Introduction To Regulatory Project Management

Regulations are an ever growing feature of modern life. For professionals working in certain industries – finance, health and nuclear power – regulations shape every decision. For the project management community, implementing or maintaining compliance with regulations is a major source of projects. To kick off my multi-part series on regulatory project management, this article will provide the background you need to get started.

Regulatory Project Management Includes Cutting Red Tape

In January 2014, UK Prime Minister David Cameron announced a project to eliminate 3,000 regulations.

First, allow me a word on industry focus. My project experience is in the financial services industry. Given that history, I decided to focus this series on the finance sector. That said, this series has great value to professionals outside of the banking field. Like it or not, regulations cast a long shadow. It is worth taking the time to understand their impact.

What you’re going to learn in this article:

  • A Very Short History of Regulation
  • The Economic Impact of Regulations
  • An Exclusive Look At Financial Industry Regulation
  • Introducing Our Regulatory Project Manager Interviews

Without any further ado, let’s get started…

A Very Short History of Regulation

What are regulations? That’s a complex topic. For purposes of this discussion, I will use this simple definition:

A regulation is a rule or law designed to control or govern conduct. In statist mechanisms it can also be extended to monitoring and enforcement of rules as established by primary and/or delegated legislation. In this form, it is generally a written instrument containing rules having the force of statist law. [Wikipedia entry on regulation]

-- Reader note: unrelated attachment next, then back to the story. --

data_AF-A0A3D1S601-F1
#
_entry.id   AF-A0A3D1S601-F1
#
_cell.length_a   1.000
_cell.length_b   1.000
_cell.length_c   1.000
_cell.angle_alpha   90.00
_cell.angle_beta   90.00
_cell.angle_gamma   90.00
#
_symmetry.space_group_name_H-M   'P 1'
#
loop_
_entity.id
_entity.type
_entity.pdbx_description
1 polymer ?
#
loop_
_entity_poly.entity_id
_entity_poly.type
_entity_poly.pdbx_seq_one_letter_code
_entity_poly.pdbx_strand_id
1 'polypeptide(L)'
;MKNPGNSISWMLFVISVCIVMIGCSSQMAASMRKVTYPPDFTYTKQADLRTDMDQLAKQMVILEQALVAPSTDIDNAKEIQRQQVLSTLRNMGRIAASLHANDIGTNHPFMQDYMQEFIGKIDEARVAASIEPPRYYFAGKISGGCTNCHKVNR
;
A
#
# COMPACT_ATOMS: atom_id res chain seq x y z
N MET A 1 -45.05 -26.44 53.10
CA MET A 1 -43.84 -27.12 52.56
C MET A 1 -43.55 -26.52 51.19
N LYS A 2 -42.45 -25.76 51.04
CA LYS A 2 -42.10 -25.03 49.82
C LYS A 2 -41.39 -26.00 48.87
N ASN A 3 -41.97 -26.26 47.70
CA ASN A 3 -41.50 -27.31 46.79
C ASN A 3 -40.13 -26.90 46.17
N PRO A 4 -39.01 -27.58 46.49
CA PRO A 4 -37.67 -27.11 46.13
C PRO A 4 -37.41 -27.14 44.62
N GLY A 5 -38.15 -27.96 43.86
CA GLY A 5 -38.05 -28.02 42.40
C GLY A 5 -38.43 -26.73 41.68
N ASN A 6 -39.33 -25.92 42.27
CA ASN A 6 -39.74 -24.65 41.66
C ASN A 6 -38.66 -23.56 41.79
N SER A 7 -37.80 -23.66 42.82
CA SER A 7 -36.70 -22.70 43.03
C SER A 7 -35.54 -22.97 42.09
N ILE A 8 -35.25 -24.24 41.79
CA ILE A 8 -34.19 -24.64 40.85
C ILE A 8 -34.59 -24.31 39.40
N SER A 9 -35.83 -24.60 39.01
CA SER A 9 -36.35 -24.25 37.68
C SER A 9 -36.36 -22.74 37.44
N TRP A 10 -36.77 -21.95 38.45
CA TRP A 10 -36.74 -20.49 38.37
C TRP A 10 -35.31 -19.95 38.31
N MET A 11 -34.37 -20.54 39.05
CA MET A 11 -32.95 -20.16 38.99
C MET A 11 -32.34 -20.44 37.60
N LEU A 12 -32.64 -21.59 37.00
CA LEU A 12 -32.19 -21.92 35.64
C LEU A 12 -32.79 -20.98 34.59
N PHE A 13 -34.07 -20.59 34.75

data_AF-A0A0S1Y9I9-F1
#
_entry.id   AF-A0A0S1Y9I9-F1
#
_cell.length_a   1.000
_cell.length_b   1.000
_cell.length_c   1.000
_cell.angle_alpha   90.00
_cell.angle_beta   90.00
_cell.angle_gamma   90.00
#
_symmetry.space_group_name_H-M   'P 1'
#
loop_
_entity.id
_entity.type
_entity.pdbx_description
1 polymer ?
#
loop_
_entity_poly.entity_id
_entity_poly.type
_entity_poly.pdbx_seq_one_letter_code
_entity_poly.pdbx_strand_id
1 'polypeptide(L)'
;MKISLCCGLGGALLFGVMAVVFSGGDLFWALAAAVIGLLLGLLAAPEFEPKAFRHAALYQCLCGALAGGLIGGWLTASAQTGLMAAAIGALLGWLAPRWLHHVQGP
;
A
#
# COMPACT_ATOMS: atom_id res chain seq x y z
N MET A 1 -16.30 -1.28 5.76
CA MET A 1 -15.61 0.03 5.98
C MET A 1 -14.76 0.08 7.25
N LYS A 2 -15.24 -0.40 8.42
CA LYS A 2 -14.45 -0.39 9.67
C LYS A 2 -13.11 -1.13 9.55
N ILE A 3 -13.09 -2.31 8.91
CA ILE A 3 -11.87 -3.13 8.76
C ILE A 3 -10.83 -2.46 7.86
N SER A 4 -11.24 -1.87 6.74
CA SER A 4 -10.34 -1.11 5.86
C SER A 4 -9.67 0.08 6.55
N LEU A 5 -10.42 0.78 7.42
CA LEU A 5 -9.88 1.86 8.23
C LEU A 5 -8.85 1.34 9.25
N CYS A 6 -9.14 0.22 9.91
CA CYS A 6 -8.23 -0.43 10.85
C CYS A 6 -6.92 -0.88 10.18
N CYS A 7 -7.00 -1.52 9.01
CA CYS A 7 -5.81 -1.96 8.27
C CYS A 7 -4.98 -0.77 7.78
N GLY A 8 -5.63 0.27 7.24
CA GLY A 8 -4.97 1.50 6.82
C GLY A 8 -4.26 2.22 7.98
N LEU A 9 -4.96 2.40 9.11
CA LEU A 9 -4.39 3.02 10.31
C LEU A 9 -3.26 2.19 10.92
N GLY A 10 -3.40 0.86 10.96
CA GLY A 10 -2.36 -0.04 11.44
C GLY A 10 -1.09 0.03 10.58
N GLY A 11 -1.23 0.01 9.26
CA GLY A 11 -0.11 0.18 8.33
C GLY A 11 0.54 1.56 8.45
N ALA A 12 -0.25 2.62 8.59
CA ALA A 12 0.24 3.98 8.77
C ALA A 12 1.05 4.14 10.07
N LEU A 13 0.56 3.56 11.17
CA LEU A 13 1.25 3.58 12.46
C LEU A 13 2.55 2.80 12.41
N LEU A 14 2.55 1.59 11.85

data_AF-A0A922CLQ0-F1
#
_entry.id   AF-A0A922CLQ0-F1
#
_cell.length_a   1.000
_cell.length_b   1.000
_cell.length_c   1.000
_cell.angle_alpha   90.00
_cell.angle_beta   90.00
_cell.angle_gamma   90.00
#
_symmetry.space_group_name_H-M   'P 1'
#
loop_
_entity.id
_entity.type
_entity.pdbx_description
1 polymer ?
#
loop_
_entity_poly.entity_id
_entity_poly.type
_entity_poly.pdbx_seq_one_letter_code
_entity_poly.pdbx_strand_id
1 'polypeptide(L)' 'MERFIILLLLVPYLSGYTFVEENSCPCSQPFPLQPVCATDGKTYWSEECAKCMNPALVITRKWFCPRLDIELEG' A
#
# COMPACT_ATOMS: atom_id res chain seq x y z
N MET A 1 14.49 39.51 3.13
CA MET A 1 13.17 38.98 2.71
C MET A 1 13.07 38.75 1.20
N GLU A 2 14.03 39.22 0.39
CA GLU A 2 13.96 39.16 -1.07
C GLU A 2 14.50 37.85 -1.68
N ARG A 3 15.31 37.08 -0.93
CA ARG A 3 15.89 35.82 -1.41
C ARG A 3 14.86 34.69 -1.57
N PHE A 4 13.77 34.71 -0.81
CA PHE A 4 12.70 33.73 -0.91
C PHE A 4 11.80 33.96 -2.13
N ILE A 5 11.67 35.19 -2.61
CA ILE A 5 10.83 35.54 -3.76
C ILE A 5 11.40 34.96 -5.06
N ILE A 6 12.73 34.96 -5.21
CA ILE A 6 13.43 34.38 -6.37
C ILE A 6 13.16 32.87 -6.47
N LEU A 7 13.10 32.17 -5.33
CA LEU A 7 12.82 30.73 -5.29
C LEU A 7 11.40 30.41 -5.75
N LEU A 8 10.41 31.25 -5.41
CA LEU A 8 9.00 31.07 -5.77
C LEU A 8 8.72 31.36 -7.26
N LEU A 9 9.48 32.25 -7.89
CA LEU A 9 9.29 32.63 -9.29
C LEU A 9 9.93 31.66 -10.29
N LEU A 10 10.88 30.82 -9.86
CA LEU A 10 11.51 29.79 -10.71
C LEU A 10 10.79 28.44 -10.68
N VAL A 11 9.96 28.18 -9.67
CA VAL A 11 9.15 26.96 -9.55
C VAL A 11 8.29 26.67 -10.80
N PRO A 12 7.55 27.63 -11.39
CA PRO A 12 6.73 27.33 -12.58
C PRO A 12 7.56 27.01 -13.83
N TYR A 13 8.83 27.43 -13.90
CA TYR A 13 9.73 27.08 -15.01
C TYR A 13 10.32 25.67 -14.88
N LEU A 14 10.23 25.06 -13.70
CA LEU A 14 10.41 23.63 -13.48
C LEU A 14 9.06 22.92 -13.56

Further, there is one more distinction to be made about regulations. There are two broad schools of thought in financial industry regulation: principles and rules. In a principle-based regulation, the regulatory authority states a general principle that industry is expected to follow. In contrast, rules-based regulation is akin to traffic law – violate this specific rule and you will suffer a specific penalty. Most large organizations are impacted by both types of regulation.

  • Building regulations in the ancient world featured capital punishment

 “If a builder has built a house for a man, and has not made his work sound, and the house he built has fallen, and caused the death of its owner, that builder shall be put to death.” – Code of Hammurabi, section 229, circa 1750 BC

  • World changing regulations on child labour date back to Victorian Britain

 The Mines Act of 1842 proscribed that “No boy under 10 years old was to be employed underground.” Since the 19th century, further regulations have been developed regarding child labour.